Illinois Dog Owners Urged to Vaccinate for Distemper

Numerous cases of canine distemper have been reported this spring in Illinois, leading the Illinois State Veterinary Association (ISVMA) to urge dog owners to be certain their animals have been vaccinated.

What Is Canine Distemper?

Canine distemper is a highly contagious and serious disease caused by a virus that attacks the respiratory, gastrointestinal, and often, the nervous systems of puppies and dogs. Distemper is caused by the Morbillivirus which is closely related to the human measles virus. The virus also infects wild foxes, wolves, coyotes, raccoons, skunks and ferrets.

All dogs are at risk but puppies younger than four months old and dogs that have not been vaccinated against canine distemper are at increased risk of acquiring the disease. Canine distemper virus in the dog can affect a wide range of organs including the skin, brain, eyes, intestinal and respiratory tracts.

How Is Canine Distemper Spread?

Puppies and dogs usually become infected through airborne exposure to the virus contained in respiratory secretions of an infected dog or wild animal. Outbreaks of distemper tend to be sporadic. Because canine distemper also affects wildlife populations, contact between wild canids and domestic dogs may facilitate spread of the virus.

Symptoms of Canine Distemper

There are many symptoms of Canine Distemper and may include:

Fever that may come and go (103F to 106F)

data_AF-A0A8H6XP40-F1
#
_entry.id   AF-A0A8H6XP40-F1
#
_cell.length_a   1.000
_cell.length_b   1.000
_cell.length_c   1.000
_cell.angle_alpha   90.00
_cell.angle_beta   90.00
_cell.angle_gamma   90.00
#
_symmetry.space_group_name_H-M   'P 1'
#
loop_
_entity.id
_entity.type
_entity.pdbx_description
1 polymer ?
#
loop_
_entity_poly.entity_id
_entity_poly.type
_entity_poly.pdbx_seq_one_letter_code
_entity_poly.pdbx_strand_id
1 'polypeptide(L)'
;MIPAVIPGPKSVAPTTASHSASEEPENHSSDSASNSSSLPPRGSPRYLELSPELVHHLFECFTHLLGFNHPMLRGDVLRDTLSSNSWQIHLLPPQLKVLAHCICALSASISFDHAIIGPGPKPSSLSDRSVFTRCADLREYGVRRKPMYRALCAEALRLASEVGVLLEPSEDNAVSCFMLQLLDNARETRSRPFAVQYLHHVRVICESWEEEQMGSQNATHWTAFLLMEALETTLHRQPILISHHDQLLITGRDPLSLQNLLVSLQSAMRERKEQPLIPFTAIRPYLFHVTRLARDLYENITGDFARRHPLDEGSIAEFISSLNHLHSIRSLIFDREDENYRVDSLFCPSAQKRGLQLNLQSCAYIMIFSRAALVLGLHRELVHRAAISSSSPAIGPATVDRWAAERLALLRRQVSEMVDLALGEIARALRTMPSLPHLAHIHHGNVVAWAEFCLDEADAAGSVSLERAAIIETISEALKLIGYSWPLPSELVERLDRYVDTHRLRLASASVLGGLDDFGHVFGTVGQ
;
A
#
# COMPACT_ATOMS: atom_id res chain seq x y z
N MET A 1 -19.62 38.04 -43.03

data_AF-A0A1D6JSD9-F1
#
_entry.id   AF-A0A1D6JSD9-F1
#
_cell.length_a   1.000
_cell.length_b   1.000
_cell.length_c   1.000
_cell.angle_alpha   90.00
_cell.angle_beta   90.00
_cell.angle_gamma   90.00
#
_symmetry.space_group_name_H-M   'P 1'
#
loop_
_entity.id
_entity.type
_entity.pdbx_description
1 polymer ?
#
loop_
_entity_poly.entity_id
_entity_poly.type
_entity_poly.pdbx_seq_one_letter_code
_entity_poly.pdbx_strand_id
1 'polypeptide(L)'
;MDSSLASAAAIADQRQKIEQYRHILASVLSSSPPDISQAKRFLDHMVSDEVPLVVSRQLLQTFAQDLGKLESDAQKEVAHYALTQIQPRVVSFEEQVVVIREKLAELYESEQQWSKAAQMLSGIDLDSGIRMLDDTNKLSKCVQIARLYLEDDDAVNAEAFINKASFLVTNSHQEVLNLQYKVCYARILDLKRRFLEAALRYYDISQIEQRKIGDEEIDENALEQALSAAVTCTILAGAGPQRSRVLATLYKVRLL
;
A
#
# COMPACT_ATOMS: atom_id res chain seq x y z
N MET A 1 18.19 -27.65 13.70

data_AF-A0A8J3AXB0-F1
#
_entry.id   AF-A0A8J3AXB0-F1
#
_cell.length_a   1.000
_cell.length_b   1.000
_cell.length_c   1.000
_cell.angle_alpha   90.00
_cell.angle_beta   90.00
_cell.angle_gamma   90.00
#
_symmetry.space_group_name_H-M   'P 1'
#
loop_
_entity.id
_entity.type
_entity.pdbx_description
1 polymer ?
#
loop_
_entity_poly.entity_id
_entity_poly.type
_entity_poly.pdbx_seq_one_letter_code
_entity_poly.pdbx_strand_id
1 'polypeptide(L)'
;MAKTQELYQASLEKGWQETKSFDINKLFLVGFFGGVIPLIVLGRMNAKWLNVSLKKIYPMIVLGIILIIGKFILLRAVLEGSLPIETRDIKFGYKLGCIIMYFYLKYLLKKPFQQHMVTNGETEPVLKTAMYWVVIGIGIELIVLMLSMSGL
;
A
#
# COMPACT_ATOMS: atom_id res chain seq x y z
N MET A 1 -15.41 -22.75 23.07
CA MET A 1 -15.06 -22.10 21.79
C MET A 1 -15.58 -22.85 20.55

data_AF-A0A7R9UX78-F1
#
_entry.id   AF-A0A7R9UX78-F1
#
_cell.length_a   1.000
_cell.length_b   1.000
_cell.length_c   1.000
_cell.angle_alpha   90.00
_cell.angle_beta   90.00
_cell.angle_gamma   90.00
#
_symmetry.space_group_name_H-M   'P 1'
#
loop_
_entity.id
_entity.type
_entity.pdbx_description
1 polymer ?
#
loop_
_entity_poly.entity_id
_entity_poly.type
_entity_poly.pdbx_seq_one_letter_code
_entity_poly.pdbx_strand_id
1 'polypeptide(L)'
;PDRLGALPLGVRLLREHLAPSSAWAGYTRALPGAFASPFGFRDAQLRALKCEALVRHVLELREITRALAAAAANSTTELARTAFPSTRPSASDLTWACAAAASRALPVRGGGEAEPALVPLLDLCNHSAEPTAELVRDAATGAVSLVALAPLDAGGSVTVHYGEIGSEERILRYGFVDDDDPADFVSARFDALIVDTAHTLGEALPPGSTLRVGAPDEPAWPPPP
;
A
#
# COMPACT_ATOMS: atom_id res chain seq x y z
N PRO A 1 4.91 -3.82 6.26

Loss of appetite
Depression
Cough
Nasal discharge
Vomiting
Diarrhea
Eye inflammation
Neurological Symptoms include:

Seizures
Muscle twitching
Deterioration of mental abilities
Loss of motor skills
Complete or partial paralysis
Increased sensitivity to sensory stimuli, such as pain or touch
Pneumonia
A fever is often the initial symptom but may go unnoticed. Symptoms become more serious and noticeable as the disease progresses. Complications involving the eyes can also occur. Some complications of the eye can be serious enough to damage the optic nerve and cause the dog to go blind.

Encephalomyelitis, an inflammation of the brain and spinal cord is a complication that can develop.

Dogs who have recovered can also suffer chronic symptoms such as hardening of the foot and nose pads. Erosion of the teeth can occur if a puppy contracts the disease before its second teeth have erupted. The virus kills the cells that make tooth enamel.

How is Canine Distemper diagnosed and treated?

Veterinarians diagnose canine distemper on the basis of clinical appearance and laboratory tests. No specific drug is available that will kill the virus in infected dogs.

Treatment consists primarily of efforts to prevent secondary infections; control vomiting, diarrhea, or neurologic symptoms; and combat dehydration through administration of fluids. Ill dogs should be kept warm, receive good nursing care, and be separated from other dogs.

Canine Distemper is fatal in over fifty percent of adult dogs who contract the virus and eighty percent of puppies. Death occurs between 2 weeks and 3 months after infection. The main cause of death is from complications to the central nervous system. Many vets will recommend euthanasia when there are progressive incapacitating neurological symptoms.

Nervous system problems can persist many weeks after the animal has recovered from all other symptoms of the infection. Some dogs appear to recover but may develop chronic or fatal nervous system problems.